Saturday 5 November 2016

Table d'hôte, A la carte or Open Space?

I am considering the merits of different approaches to training workshops in different contexts. Some of my workshops are table d'hote: I run a workshop according to an agenda that works, with input, exercises, discussions etc in a pre-determined order to meet defined learning objectives. Workshops on specific skills, such as my Influencing and Negotiating Skills workshop are very much in that mould.

Other programmes are more à la carte: we offer learners a choice of topics, speakers, and approaches at the start of the programme, and construct the programme according to their expressed needs. The programmes I run for Professors at various universities follow this model. The idea is that they are better placed to decide what they would value discussing than I am. And that approach, of course, also ensures a high degree of relevance and ownership

And I am also a fan of Open Space approaches, where the participants generate the agenda. I have blogged about Open Space before (eg here, and see the tag Open Space for other posts). This approach seems to work particularly well when the topic is large, and the agenda is about exploring possibilities, sharing expertise, and generating ideas for collective action, rather than learning pre-identified knowledge or skills.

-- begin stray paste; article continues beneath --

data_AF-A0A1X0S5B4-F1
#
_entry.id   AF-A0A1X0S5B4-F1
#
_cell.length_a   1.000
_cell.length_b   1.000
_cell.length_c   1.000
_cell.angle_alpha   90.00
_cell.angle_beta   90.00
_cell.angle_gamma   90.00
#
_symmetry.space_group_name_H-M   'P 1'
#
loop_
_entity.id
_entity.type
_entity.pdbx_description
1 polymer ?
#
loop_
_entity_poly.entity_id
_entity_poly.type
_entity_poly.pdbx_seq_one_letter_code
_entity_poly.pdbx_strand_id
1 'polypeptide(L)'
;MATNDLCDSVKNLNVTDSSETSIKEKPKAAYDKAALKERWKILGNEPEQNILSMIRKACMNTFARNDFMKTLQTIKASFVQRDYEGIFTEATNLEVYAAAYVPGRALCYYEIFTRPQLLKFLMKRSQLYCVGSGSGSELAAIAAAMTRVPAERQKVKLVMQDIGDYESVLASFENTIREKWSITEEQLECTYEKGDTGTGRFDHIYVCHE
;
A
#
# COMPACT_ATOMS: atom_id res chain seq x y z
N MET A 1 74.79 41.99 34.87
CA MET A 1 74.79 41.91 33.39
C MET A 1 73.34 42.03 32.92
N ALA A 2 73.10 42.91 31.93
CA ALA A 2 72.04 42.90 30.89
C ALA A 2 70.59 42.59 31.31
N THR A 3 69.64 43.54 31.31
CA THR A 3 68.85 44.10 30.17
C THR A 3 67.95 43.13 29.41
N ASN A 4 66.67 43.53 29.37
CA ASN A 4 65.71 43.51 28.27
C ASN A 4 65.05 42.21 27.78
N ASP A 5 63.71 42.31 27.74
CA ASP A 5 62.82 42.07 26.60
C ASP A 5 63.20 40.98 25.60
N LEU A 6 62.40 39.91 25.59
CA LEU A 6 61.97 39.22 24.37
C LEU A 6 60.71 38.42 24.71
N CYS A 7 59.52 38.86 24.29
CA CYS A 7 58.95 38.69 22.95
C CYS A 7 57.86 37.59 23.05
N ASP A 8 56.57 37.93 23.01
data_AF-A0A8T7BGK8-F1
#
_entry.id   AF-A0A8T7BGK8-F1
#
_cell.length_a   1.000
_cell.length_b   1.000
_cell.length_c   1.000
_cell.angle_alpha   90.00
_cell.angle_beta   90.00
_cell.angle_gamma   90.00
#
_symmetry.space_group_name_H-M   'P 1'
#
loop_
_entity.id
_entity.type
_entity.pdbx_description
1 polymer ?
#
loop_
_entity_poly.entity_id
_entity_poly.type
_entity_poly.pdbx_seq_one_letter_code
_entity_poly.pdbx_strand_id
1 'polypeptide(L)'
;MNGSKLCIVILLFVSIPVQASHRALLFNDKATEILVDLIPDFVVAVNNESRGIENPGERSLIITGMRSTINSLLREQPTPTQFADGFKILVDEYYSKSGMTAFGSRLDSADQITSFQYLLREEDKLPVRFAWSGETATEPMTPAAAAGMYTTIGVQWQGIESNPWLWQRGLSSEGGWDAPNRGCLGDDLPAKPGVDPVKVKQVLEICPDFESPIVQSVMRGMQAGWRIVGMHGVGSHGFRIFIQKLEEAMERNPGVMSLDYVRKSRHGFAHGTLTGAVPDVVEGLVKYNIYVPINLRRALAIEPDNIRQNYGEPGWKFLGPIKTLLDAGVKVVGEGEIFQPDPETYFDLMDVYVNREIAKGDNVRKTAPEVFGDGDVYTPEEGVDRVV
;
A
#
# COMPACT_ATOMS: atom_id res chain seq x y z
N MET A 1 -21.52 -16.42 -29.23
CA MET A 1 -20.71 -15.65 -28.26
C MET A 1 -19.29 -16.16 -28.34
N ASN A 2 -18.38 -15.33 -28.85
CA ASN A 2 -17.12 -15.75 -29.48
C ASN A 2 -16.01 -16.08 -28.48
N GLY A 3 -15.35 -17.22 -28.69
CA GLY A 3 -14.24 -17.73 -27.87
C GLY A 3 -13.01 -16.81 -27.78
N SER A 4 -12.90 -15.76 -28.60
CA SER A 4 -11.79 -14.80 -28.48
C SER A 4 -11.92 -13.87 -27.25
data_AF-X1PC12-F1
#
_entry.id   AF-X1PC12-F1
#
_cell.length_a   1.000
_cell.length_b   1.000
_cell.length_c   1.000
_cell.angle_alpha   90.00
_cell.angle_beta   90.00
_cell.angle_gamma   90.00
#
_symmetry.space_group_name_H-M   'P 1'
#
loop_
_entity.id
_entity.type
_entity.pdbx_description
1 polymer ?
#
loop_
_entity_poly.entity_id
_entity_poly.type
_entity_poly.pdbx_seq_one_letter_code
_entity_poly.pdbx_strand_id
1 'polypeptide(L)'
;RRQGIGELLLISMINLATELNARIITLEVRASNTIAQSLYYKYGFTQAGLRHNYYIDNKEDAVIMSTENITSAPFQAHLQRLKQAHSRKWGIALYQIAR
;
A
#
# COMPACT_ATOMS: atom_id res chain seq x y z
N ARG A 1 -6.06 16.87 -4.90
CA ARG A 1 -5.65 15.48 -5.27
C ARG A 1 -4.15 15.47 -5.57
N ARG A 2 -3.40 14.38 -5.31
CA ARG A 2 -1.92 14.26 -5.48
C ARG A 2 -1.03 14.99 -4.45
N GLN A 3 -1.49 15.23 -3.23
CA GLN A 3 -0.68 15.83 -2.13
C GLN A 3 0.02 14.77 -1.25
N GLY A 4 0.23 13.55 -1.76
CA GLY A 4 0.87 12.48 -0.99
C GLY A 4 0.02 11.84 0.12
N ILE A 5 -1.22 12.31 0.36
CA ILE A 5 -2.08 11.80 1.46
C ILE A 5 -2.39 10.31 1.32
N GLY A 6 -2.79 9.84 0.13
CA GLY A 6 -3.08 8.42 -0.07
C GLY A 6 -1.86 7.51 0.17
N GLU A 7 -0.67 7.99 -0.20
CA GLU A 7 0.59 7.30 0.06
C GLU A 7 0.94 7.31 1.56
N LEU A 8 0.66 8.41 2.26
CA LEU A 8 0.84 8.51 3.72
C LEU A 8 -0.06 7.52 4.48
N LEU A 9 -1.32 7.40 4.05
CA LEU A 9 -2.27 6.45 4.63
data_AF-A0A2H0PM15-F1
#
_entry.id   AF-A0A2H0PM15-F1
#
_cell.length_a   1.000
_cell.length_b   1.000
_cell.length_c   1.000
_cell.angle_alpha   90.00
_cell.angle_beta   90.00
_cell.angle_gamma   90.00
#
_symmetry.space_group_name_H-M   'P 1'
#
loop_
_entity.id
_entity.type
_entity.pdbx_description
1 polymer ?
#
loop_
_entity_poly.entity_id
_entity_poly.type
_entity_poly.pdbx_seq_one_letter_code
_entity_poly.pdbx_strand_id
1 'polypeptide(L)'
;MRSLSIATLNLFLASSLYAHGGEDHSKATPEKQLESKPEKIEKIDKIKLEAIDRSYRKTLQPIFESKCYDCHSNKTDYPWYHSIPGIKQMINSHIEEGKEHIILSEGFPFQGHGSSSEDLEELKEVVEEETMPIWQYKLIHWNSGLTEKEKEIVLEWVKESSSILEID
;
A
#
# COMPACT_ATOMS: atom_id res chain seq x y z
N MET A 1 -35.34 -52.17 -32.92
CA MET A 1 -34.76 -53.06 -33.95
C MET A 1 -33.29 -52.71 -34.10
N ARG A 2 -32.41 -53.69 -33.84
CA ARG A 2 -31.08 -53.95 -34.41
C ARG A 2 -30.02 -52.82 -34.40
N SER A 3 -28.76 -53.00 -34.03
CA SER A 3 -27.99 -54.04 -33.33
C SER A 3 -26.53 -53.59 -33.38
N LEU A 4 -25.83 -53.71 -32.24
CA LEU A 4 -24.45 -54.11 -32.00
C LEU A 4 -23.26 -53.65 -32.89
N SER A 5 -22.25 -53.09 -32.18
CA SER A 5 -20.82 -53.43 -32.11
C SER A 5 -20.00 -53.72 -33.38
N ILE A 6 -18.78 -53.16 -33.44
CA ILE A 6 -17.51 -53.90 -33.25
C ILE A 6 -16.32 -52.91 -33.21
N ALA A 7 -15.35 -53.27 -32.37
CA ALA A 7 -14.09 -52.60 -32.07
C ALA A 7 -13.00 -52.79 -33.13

All of which reminds me of John Heron's model of facilitation, where he identifies three decision-making styles (Hierarchical, co-operative and autonomous). Here I have applied them, I realise, to what Heron calls the Planning dimension of facilitating an event: who decides what is going to happen.

He also identifies five other key dimensions, and any one of those three styles can be used in any of the five dimensions.  The five are: meaning, confronting, feeling, structuring and valuing. The six dimensions (these five, plus planning, as mentioned previously) address six key questions:

  • How shall the group acquire its objectives and programme?
  • How shall meaning be given to and found in the experiences and actions of the group?
  • How shall the group's consciousness be raised about resistance and avoidance?
  • How shall the life of feeling within the group be handled?
  • How shall the the group's learning experiences be structured?
  • How shall a climate of personal value, integrity and respect be created?
All of which makes me reflect that whilst I am aware of making conscious decisions about the table d'hôte, à la carte or Open Space options, I am more likely to act out of habit in some of the other dimensions.

So a memo to myself: re-read Heron's book, and deliberately experiment with some different combinations of style and dimension...

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